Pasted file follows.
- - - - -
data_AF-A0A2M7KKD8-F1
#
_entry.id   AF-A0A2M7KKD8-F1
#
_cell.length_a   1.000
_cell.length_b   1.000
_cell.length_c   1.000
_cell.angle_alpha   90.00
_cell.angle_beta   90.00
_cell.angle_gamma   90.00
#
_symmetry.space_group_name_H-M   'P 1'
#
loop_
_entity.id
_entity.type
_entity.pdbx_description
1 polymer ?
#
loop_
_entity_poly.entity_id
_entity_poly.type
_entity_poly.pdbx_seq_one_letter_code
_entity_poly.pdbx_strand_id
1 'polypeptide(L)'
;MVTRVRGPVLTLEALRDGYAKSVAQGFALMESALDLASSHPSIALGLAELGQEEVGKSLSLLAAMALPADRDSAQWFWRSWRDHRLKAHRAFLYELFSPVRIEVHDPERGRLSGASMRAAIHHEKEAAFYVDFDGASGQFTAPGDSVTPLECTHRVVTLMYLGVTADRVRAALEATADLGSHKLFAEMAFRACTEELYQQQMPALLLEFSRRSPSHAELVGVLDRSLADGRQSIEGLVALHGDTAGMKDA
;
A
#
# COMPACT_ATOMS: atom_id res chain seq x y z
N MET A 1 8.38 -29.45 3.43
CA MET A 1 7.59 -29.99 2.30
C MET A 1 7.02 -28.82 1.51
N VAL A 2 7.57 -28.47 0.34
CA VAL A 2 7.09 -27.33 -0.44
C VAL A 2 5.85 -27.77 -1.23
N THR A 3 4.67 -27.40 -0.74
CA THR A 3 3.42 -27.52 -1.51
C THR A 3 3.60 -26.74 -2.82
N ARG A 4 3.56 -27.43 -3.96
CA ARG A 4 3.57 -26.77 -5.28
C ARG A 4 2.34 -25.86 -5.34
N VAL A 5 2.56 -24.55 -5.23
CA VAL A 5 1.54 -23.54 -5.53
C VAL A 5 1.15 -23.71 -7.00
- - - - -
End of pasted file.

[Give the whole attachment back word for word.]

data_AF-A0A2M7KKD8-F1
#
_entry.id   AF-A0A2M7KKD8-F1
#
_cell.length_a   1.000
_cell.length_b   1.000
_cell.length_c   1.000
_cell.angle_alpha   90.00
_cell.angle_beta   90.00
_cell.angle_gamma   90.00
#
_symmetry.space_group_name_H-M   'P 1'
#
loop_
_entity.id
_entity.type
_entity.pdbx_description
1 polymer ?
#
loop_
_entity_poly.entity_id
_entity_poly.type
_entity_poly.pdbx_seq_one_letter_code
_entity_poly.pdbx_strand_id
1 'polypeptide(L)'
;MVTRVRGPVLTLEALRDGYAKSVAQGFALMESALDLASSHPSIALGLAELGQEEVGKSLSLLAAMALPADRDSAQWFWRSWRDHRLKAHRAFLYELFSPVRIEVHDPERGRLSGASMRAAIHHEKEAAFYVDFDGASGQFTAPGDSVTPLECTHRVVTLMYLGVTADRVRAALEATADLGSHKLFAEMAFRACTEELYQQQMPALLLEFSRRSPSHAELVGVLDRSLADGRQSIEGLVALHGDTAGMKDA
;
A
#
# COMPACT_ATOMS: atom_id res chain seq x y z
N MET A 1 8.38 -29.45 3.43
CA MET A 1 7.59 -29.99 2.30
C MET A 1 7.02 -28.82 1.51
N VAL A 2 7.57 -28.47 0.34
CA VAL A 2 7.09 -27.33 -0.44
C VAL A 2 5.85 -27.77 -1.23
N THR A 3 4.67 -27.40 -0.74
CA THR A 3 3.42 -27.52 -1.51
C THR A 3 3.60 -26.74 -2.82
N ARG A 4 3.56 -27.43 -3.96
CA ARG A 4 3.57 -26.77 -5.28
C ARG A 4 2.34 -25.86 -5.34
N VAL A 5 2.56 -24.55 -5.23
CA VAL A 5 1.54 -23.54 -5.53
C VAL A 5 1.15 -23.71 -7.00